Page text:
Question #71396

Many retirement funds charge an administrative fee each year equal to 0.25% on managed assets. Suppose that Alexx and Spenser each invest $5,000 in the same stock this year. Alexx invests directly and earns 5% a year. Spenser uses a retirement fund and earns 4.75%. After 30 years, how much more will Alexx have than Spenser?
I have no clue on how to do this problem and I am in tears

Expert's answer

Many retirement funds charge an administrative fee each year equal to 0.25% on managed assets. Suppose that Alexx and Spenser each invest $5,000 in the same stock this year. Alexx invests directly and earns 5% a year. Spenser uses a retirement fund and earns 4.75%.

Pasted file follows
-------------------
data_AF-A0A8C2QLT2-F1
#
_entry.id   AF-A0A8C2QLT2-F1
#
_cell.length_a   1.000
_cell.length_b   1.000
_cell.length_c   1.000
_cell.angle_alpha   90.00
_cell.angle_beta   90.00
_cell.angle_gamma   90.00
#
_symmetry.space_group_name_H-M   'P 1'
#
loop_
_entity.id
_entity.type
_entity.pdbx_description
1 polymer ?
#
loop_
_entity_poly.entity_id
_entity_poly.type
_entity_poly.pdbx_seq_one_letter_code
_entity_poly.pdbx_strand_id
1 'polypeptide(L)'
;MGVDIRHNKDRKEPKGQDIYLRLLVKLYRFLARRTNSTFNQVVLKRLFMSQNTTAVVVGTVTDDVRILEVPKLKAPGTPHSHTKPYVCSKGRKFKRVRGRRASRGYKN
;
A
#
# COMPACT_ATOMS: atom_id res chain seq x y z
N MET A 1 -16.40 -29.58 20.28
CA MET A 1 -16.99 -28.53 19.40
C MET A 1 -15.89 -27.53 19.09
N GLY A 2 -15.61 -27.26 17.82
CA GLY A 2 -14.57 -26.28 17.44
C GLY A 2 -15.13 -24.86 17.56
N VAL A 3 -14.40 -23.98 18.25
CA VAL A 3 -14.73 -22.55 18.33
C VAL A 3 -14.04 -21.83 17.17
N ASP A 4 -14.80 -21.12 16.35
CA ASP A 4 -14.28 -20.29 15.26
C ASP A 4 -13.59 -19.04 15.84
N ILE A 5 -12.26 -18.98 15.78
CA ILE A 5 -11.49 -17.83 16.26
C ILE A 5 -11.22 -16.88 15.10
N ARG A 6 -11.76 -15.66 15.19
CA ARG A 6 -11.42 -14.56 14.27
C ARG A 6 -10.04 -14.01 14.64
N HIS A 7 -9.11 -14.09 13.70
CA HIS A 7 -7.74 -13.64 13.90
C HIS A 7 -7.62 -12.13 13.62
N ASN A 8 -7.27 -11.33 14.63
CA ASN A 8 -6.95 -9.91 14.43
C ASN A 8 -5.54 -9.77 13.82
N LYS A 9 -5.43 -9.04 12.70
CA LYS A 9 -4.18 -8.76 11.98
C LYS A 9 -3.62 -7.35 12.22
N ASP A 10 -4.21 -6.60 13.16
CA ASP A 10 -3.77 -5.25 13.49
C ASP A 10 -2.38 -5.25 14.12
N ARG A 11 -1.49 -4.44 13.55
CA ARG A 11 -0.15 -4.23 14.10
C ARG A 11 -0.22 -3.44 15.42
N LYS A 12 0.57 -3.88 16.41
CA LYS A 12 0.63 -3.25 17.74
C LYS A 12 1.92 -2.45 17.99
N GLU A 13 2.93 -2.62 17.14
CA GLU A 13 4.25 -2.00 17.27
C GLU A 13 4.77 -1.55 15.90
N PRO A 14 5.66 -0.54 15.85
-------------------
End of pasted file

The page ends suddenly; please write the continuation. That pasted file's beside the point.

We should use compound interest formula: A = P*(1 + r)^t.

After 30 years Alexx will have: A1 = 5,000*(1 + 0.05)^30 = $21,609.71,

After 30 years Spenser will have: A2 = 5,000*(1 + (0.0475 - 0.0025))^30 = $18,726.59,

A1 - A2 = $21,609.71 - $18,726.59 = $2,883.12

So, Alexx will have $2,883.12 more than Spenser.

We should use compound interest formula: A = P*(1 + r)^t.

After 30 years Alexx will have: A1 = 5,000*(1 + 0.05)^30 = $21,609.71,

After 30 years Spenser will have: A2 = 5,000*(1 + (0.0475 - 0.0025))^30 = $18,726.59,

A1 - A2 = $21,609.71 - $18,726.59 = $2,883.12

So, Alexx will have $2,883.12 more than Spenser.

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